If 20-year-old Valentino Dealagdon didn’t receive medical care immediately, he was going to die.
A mass in the man’s leg, which had been steadily growing over recent months, had become septic and developed Gas Gangrene. Bacterial growth exploded, producing dangerous gases and toxins.
The bacteria was poisoning his blood and could have caused a circulatory collapse.
A village chief told the Dealagdon family about Pacific Partnership 2012 (PP12) and the hospital ship USNS Mercy’s (T-AH 19) visit to Calbayog.
Dealagdon and his mother arrived in Calbayog City by ambulance at a PP12 surgery community action project (SURGCAP) site where Valentino’s critical condition was quickly identified.
Capt. James Toledano was the first surgeon to see Dealagdon at the SURGCAP recalled that the young man was brought into the site on a homemade stretcher. “We felt that the condition of his limb was really threatening his life and by his vital signs indicated he had little time to live,” said Toledano.
Dealagdon was flown by helicopter aboard Mercy for emergency treatment. Lt. Kayla Horton, was on the scene when Dealagdon arrived on Mercy’s flight deck. ”He looked very thin and very frail, and with a quick look at his leg you can tell that it was very swollen and infected,” said Horton. “We quickly got him to the causality receiving room and started him on IV’s to stabilize him.”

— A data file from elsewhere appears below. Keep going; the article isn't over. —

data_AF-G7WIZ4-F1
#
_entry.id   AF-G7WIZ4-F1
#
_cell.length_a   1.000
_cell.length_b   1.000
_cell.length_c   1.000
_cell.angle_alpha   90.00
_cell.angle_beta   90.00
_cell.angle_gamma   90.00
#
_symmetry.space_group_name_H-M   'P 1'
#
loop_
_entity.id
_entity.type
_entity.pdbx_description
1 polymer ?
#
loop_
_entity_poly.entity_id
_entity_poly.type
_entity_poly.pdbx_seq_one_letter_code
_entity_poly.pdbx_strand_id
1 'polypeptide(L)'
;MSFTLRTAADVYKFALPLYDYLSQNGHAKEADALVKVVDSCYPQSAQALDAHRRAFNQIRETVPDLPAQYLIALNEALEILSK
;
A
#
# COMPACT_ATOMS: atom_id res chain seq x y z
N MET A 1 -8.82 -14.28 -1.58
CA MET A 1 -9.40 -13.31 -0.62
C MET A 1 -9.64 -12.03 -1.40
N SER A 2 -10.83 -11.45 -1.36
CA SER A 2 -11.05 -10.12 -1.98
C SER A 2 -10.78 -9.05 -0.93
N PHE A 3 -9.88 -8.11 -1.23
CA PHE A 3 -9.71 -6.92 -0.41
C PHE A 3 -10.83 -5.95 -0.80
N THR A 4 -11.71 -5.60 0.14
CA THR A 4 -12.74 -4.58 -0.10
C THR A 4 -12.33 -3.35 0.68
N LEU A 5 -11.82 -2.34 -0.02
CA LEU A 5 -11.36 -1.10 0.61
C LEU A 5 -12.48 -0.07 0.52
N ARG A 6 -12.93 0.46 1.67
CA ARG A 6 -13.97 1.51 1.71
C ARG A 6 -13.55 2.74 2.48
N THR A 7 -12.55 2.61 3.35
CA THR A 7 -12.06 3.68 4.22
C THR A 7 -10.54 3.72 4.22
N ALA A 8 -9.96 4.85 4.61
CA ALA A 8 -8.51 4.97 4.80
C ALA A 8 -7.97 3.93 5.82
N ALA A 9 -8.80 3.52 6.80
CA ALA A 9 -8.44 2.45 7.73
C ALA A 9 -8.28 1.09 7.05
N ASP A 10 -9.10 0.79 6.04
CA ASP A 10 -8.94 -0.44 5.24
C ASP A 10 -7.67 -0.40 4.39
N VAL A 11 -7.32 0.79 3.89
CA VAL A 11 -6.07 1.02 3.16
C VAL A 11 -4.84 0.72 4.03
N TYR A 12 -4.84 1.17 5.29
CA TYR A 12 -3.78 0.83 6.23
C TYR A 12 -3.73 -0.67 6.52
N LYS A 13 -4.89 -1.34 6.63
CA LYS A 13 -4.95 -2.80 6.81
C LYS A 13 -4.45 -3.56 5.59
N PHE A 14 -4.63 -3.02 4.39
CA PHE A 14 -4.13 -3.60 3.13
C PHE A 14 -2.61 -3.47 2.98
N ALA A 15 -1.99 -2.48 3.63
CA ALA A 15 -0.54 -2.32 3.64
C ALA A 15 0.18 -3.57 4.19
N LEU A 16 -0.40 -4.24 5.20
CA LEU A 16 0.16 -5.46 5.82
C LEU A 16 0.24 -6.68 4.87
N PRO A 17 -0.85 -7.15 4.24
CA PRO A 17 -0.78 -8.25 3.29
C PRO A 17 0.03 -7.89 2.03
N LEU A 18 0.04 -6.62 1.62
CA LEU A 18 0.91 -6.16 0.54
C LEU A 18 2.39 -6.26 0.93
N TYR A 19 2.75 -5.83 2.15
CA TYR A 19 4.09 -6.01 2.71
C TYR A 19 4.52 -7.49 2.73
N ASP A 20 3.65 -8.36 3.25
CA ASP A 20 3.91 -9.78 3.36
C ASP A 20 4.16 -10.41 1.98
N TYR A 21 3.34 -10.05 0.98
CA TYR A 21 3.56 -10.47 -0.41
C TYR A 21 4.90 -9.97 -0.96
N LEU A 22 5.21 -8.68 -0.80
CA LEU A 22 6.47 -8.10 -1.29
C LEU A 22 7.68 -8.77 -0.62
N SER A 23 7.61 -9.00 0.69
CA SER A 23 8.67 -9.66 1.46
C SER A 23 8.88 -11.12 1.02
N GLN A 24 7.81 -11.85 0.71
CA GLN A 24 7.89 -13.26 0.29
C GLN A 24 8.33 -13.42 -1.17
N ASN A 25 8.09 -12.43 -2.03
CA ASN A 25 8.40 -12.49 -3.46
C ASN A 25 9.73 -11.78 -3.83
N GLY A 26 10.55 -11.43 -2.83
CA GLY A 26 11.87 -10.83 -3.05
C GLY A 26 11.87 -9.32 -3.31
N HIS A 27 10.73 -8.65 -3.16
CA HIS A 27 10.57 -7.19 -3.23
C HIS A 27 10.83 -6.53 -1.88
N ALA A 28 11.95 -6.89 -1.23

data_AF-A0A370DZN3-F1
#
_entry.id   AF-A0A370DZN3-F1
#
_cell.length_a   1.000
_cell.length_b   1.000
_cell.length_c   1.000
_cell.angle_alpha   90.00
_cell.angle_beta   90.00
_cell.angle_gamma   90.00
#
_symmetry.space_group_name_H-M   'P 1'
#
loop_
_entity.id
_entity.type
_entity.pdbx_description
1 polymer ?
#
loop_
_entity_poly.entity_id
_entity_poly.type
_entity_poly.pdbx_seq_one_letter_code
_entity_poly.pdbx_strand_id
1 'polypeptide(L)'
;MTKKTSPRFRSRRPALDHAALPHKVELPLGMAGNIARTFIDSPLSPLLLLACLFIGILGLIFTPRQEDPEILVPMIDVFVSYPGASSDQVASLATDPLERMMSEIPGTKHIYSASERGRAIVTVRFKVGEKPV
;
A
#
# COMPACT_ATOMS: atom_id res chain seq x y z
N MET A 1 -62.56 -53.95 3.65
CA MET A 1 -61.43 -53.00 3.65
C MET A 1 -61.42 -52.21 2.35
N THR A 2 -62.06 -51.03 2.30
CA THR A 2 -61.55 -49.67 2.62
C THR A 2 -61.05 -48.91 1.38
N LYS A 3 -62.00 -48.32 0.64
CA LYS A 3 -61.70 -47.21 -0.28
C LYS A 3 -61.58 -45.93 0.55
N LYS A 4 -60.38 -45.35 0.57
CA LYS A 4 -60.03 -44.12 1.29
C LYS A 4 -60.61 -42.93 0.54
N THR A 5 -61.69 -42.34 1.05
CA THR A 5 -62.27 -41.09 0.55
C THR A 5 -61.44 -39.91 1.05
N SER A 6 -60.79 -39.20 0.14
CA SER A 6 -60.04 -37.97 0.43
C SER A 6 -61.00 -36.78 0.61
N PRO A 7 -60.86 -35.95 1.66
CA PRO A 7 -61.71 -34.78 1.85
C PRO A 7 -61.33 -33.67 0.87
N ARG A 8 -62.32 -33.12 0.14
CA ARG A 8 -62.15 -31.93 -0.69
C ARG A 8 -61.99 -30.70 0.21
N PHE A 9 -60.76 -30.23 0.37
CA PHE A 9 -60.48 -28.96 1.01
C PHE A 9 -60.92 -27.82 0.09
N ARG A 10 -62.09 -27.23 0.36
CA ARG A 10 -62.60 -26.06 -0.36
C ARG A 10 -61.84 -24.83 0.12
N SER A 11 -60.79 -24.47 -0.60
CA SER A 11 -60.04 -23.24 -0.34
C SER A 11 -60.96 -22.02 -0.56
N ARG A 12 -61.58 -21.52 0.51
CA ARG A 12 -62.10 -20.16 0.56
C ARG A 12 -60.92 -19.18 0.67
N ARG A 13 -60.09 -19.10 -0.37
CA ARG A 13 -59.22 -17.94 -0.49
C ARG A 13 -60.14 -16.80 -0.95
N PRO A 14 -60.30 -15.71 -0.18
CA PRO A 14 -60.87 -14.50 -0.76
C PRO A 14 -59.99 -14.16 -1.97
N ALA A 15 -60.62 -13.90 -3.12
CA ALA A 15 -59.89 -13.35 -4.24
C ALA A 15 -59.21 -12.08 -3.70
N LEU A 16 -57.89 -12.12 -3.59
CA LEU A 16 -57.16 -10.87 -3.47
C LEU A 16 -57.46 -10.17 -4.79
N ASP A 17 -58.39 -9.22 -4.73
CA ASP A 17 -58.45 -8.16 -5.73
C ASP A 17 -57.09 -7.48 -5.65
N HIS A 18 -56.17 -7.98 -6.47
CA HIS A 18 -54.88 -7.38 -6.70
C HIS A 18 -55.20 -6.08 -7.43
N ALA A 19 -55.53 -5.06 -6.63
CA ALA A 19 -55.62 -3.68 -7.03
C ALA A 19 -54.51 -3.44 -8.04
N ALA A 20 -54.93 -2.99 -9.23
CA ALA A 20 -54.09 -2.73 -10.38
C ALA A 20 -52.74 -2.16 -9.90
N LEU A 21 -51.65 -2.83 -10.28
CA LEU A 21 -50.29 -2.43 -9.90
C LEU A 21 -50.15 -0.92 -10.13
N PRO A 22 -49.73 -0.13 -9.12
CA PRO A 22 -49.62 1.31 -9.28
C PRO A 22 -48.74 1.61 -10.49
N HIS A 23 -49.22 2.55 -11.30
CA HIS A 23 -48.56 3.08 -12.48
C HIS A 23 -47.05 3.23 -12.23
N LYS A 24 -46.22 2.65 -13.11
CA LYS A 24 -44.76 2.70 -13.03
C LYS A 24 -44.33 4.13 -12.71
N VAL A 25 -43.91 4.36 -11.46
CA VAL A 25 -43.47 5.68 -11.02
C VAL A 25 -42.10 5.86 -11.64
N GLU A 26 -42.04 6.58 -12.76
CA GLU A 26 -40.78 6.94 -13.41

PP12’s Director of Surgical services, Cmdr. Matthew Provencher said Dealagdon’s only chance at survival was an urgent leg amputation.
”Without an emergent leg amputation his chances of survival were minimal,” said Cmdr. Provencher. “Through a great host nation and Mercy’s team effort, we were able to transport the patient to the ship for urgent life-saving surgery.”
PP12’s Dr. Robert Baxt, general surgeon and Project HOPE volunteer, was the on-call surgeon for the day.
“I got the phone call saying that he was on a helicopter, and we responded,” Baxt said.
“His chances of survival when we started the surgery were less than 50%, but after surgery we could already start seeing signs of improvement.”
Partner Nation Surgeon, Major Christiaan Hoff, of the Dutch Army, assisted during the operation. ”When we did the surgery, the essential thing was to stop the spread of infection,” he said.
The first thing the surgeons did after the patient was under anesthesia was tying the blood vessels that were transporting the toxins.
Dr. Hoff went on to explain that the team was able to divert the blood vessels in the first few minutes of surgery. “The patient will still have to go in for additional surgery depending on his stabilization. “The surgeons will create an incision that will heal properly once the infection is gone.”
Hoff said the atmosphere in the operating theatre was highly charged. “Despite the stress of time, it was a very organized situation,” Hoff said.
Dr Hoff said the surgery took roughly one hour from the first incision to dressing the wound.
PP12′s Lead Nurse during the surgery, Julie Porucznik, a Project HOPE volunteer, said of this emergent situation, “This is the type of case that I am good at handling; this is why I joined Project HOPE; and, this is why I resigned my job, so I can help people in these situations.”
Proucznik said she had not seen a case like this on Mercy, “We do many life-changing surgeries here, but this one helped save a man’s life.”